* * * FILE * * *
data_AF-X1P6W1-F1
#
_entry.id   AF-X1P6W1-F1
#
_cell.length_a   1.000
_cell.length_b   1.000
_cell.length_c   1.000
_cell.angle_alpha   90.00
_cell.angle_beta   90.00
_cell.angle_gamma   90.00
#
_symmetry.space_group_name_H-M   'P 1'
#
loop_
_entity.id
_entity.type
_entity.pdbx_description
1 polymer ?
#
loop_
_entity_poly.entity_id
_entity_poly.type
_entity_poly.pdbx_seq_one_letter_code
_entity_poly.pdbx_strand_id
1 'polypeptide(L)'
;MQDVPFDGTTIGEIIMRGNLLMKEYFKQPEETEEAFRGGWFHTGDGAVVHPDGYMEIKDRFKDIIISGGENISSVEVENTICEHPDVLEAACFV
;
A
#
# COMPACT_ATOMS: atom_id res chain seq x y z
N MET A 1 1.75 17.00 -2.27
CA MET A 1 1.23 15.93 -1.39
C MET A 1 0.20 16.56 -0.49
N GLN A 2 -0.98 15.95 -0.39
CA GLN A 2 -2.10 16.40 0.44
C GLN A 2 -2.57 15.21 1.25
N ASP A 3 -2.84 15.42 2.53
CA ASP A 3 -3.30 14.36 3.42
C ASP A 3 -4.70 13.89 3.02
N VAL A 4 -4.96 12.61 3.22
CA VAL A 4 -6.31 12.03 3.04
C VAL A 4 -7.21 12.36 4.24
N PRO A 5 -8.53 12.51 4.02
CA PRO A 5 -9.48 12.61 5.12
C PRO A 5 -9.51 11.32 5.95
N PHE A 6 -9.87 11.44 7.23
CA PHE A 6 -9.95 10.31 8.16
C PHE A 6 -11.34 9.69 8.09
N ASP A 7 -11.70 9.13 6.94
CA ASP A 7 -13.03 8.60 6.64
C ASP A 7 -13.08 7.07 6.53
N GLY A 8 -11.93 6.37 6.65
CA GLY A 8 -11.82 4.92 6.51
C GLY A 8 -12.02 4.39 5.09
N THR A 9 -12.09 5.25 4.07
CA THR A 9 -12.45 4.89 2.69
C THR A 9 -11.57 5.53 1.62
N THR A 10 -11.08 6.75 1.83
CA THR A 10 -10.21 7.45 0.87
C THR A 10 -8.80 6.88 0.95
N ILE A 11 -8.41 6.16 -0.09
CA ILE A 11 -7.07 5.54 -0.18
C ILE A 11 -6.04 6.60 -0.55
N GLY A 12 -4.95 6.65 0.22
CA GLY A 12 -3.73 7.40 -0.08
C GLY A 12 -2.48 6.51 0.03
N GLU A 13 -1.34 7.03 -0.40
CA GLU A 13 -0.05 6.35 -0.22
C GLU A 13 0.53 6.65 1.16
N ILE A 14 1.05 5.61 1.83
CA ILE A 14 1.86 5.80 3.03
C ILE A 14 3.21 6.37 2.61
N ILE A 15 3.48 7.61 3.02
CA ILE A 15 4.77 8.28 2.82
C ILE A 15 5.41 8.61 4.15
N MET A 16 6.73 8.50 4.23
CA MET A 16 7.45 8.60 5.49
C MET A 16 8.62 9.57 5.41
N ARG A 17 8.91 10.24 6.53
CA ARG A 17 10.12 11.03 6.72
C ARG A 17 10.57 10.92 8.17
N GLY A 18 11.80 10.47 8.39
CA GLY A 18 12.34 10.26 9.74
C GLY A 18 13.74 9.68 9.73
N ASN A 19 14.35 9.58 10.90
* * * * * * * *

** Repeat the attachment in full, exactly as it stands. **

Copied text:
data_AF-X1P6W1-F1
#
_entry.id   AF-X1P6W1-F1
#
_cell.length_a   1.000
_cell.length_b   1.000
_cell.length_c   1.000
_cell.angle_alpha   90.00
_cell.angle_beta   90.00
_cell.angle_gamma   90.00
#
_symmetry.space_group_name_H-M   'P 1'
#
loop_
_entity.id
_entity.type
_entity.pdbx_description
1 polymer ?
#
loop_
_entity_poly.entity_id
_entity_poly.type
_entity_poly.pdbx_seq_one_letter_code
_entity_poly.pdbx_strand_id
1 'polypeptide(L)'
;MQDVPFDGTTIGEIIMRGNLLMKEYFKQPEETEEAFRGGWFHTGDGAVVHPDGYMEIKDRFKDIIISGGENISSVEVENTICEHPDVLEAACFV
;
A
#
# COMPACT_ATOMS: atom_id res chain seq x y z
N MET A 1 1.75 17.00 -2.27
CA MET A 1 1.23 15.93 -1.39
C MET A 1 0.20 16.56 -0.49
N GLN A 2 -0.98 15.95 -0.39
CA GLN A 2 -2.10 16.40 0.44
C GLN A 2 -2.57 15.21 1.25
N ASP A 3 -2.84 15.42 2.53
CA ASP A 3 -3.30 14.36 3.42
C ASP A 3 -4.70 13.89 3.02
N VAL A 4 -4.96 12.61 3.22
CA VAL A 4 -6.31 12.03 3.04
C VAL A 4 -7.21 12.36 4.24
N PRO A 5 -8.53 12.51 4.02
CA PRO A 5 -9.48 12.61 5.12
C PRO A 5 -9.51 11.32 5.95
N PHE A 6 -9.87 11.44 7.23
CA PHE A 6 -9.95 10.31 8.16
C PHE A 6 -11.34 9.69 8.09
N ASP A 7 -11.70 9.13 6.94
CA ASP A 7 -13.03 8.60 6.64
C ASP A 7 -13.08 7.07 6.53
N GLY A 8 -11.93 6.37 6.65
CA GLY A 8 -11.82 4.92 6.51
C GLY A 8 -12.02 4.39 5.09
N THR A 9 -12.09 5.25 4.07
CA THR A 9 -12.45 4.89 2.69
C THR A 9 -11.57 5.53 1.62
N THR A 10 -11.08 6.75 1.83
CA THR A 10 -10.21 7.45 0.87
C THR A 10 -8.80 6.88 0.95
N ILE A 11 -8.41 6.16 -0.09
CA ILE A 11 -7.07 5.54 -0.18
C ILE A 11 -6.04 6.60 -0.55
N GLY A 12 -4.95 6.65 0.22
CA GLY A 12 -3.73 7.40 -0.08
C GLY A 12 -2.48 6.51 0.03
N GLU A 13 -1.34 7.03 -0.40
CA GLU A 13 -0.05 6.35 -0.22
C GLU A 13 0.53 6.65 1.16
N ILE A 14 1.05 5.61 1.83
CA ILE A 14 1.86 5.80 3.03
C ILE A 14 3.21 6.37 2.61
N ILE A 15 3.48 7.61 3.02
CA ILE A 15 4.77 8.28 2.82
C ILE A 15 5.41 8.61 4.15
N MET A 16 6.73 8.50 4.23
CA MET A 16 7.45 8.60 5.49
C MET A 16 8.62 9.57 5.41
N ARG A 17 8.91 10.24 6.53
CA ARG A 17 10.12 11.03 6.72
C ARG A 17 10.57 10.92 8.17
N GLY A 18 11.80 10.47 8.39
CA GLY A 18 12.34 10.26 9.74
C GLY A 18 13.74 9.68 9.73
N ASN A 19 14.35 9.58 10.90